Economy

Beaverhead County is one of the largest cattle and hay producing areas of Montana. Barrett's Minerals, one of the world's largest talc mines, calls Beaverhead County home.[12] In 2009, Barrett Hospital and Healthcare was the largest private employer in the county.

Education

The University of Montana Western is located in Dillon

Communities

City

Town

Census-designated place

Unincorporated communities

Notable residents

Thomas Savage - novelist (1915-2003) spent his childhood and teen years on his family's ranch in Beaverhead County. His experiences there informed his best known novels, The Power of the Dog and The Sheep Queen.

See also

References

  1. ^ a b "State & County QuickFacts". United States Census Bureau. Retrieved September 14, 2013. 
  2. ^ "Find a County". National Association of Counties. Retrieved 2011-06-07. 
  3. ^ "Montana Place Names Companion". Montana Place Names From Alzada to Zortman. Montana Historical Society Research Center. Retrieved December 1, 2014. 
  4. ^ Merrill, Andrea; Judy Jacobson (1997). Montana almanac. Helena, Montana: Falcon Publishing. p. 6.  
  5. ^ "2010 Census Gazetteer Files". United States Census Bureau. August 22, 2012. Retrieved November 27, 2014. 
  6. ^ "Annual Estimates of the Resident Population for Incorporated Places: April 1, 2010 to July 1, 2014". Retrieved June 4, 2015. 
  7. ^ "U.S. Decennial Census". United States Census Bureau. Retrieved November 27, 2014. 
  8. ^ "Historical Census Browser". University of Virginia Library. Retrieved November 27, 2014. 
  9. ^ "Population of Counties by Decennial Census: 1900 to 1990". United States Census Bureau. Retrieved November 27, 2014. 
  10. ^ "Census 2000 PHC-T-4. Ranking Tables for Counties: 1990 and 2000" (PDF). United States Census Bureau. Retrieved November 27, 2014.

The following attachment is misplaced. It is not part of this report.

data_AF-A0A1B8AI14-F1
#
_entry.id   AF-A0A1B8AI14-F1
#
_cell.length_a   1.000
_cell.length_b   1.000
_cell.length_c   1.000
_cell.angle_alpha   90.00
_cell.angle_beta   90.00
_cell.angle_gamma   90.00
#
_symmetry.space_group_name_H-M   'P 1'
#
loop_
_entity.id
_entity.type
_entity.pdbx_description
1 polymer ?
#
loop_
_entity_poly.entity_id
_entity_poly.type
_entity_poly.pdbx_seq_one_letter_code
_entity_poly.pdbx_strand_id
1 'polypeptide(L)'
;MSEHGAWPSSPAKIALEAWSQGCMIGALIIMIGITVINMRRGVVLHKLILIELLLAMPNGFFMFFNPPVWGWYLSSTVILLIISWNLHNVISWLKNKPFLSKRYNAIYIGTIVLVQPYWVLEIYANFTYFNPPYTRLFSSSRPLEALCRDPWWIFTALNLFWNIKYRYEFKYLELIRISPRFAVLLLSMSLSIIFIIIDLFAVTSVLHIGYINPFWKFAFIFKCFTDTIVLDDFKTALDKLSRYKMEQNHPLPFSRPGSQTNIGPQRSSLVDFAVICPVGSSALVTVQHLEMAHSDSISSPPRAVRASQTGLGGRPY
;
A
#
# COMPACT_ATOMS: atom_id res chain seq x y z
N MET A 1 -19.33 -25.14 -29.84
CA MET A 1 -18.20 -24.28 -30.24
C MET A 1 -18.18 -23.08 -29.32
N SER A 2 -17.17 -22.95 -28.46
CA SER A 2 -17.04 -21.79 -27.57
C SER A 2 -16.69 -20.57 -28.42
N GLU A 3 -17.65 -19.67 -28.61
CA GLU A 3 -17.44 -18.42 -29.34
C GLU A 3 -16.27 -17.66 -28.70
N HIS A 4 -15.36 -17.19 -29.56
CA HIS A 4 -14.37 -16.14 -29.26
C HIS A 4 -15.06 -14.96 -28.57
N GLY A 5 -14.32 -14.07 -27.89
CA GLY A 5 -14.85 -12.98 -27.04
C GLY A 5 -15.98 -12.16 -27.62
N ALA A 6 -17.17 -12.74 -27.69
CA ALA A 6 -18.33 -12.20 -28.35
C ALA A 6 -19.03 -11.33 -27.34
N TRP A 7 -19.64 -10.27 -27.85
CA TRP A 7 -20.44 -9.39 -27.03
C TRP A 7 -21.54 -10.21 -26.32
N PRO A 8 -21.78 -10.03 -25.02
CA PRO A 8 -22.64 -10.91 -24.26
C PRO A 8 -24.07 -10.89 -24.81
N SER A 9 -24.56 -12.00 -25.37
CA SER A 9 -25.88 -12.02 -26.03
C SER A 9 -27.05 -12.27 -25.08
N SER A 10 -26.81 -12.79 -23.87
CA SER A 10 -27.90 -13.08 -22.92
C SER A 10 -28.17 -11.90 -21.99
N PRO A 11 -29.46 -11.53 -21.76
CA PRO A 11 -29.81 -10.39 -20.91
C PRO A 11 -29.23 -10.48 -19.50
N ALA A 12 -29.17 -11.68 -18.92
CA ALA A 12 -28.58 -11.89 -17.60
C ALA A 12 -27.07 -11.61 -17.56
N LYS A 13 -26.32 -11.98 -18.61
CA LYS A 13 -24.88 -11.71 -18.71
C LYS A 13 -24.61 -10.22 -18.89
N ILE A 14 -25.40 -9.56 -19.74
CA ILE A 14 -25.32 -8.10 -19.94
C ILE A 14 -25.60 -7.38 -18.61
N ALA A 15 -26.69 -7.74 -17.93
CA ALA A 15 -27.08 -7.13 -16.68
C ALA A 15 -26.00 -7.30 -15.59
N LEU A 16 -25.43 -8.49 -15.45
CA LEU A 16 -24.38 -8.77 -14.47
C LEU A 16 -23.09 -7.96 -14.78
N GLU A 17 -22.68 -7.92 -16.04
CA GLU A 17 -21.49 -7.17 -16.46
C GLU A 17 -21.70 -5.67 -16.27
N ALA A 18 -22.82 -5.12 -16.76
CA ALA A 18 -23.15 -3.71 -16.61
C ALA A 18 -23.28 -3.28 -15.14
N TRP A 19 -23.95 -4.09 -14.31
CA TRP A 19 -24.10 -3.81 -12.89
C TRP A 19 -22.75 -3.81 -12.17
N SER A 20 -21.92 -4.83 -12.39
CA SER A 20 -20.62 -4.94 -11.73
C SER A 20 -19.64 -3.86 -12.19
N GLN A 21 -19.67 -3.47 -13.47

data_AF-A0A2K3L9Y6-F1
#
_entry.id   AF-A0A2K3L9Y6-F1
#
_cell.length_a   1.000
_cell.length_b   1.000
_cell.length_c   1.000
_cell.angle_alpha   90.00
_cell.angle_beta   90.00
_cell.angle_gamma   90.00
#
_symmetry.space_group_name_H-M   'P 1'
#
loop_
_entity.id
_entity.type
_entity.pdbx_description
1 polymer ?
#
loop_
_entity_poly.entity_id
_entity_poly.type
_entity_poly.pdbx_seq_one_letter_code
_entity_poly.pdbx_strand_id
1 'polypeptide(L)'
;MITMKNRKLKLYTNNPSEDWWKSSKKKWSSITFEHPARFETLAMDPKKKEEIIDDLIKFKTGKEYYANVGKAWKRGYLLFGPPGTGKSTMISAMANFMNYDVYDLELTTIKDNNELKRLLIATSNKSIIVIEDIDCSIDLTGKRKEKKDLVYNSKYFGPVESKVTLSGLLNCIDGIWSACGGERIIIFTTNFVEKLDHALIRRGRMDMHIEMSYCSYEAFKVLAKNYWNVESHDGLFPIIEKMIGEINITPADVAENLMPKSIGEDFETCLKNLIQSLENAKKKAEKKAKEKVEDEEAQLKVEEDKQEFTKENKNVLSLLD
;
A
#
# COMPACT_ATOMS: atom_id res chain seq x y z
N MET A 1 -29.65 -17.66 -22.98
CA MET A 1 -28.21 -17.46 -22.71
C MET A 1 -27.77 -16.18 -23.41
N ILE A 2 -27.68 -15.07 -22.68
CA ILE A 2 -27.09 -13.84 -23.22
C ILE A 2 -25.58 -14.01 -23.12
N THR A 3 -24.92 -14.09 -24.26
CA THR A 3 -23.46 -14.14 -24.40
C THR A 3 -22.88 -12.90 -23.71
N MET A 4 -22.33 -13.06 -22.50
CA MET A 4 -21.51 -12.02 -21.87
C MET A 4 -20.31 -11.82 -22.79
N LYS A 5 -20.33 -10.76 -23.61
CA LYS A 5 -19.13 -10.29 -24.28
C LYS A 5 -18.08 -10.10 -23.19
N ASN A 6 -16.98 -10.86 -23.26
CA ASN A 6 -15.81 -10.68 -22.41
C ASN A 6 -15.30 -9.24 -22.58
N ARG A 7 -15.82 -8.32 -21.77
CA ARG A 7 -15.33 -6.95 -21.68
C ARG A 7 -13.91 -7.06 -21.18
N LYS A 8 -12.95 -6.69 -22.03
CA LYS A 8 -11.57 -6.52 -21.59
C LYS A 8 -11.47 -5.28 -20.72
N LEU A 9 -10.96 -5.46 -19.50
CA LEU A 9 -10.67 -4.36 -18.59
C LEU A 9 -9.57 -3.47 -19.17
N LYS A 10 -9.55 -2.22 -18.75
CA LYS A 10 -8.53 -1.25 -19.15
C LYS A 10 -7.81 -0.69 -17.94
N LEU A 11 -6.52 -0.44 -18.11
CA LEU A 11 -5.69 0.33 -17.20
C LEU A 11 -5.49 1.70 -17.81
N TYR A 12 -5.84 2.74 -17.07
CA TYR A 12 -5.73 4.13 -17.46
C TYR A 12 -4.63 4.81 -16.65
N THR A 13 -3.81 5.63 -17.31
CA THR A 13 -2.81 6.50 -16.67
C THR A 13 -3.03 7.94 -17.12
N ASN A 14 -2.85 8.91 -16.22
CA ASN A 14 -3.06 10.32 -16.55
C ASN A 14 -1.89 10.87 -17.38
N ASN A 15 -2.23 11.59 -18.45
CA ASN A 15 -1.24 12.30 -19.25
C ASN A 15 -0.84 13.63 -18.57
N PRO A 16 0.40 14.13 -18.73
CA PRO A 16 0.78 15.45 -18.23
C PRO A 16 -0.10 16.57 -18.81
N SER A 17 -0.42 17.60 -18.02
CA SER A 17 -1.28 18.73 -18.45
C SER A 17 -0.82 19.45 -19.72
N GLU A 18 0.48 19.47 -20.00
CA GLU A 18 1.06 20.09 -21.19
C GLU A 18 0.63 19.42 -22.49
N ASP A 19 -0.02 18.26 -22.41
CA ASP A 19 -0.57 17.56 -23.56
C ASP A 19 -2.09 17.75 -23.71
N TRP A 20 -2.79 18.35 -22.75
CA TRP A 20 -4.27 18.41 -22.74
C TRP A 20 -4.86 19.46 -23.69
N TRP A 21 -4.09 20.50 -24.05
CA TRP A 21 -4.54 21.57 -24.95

11. ^ "American FactFinder".  
  12. ^ State of Montana. "Beaverhead County" (PDF). Retrieved 31 May 2011. 

External links

  • Official page
  • Chamber of Commerce page

This article was sourced from Creative Commons Attribution-ShareAlike License; additional terms may apply. World Heritage Encyclopedia content is assembled from numerous content providers, Open Access Publishing, and in compliance with The Fair Access to Science and Technology Research Act (FASTR), Wikimedia Foundation, Inc., Public Library of Science, The Encyclopedia of Life, Open Book Publishers (OBP), PubMed, U.S. National Library of Medicine, National Center for Biotechnology Information, U.S. National Library of Medicine, National Institutes of Health (NIH), U.S. Department of Health & Human Services, and USA.gov, which sources content from all federal, state, local, tribal, and territorial government publication portals (.gov, .mil, .edu). Funding for USA.gov and content contributors is made possible from the U.S. Congress, E-Government Act of 2002.
 
Crowd sourced content that is contributed to World Heritage Encyclopedia is peer reviewed and edited by our editorial staff to ensure quality scholarly research articles.
 
By using this site, you agree to the Terms of Use and Privacy Policy. World Heritage Encyclopedia™ is a registered trademark of the World Public Library Association, a non-profit organization.
 


Copyright © World Library Foundation. All rights reserved. eBooks from Project Gutenberg are sponsored by the World Library Foundation,
a 501c(4) Member's Support Non-Profit Organization, and is NOT affiliated with any governmental agency or department.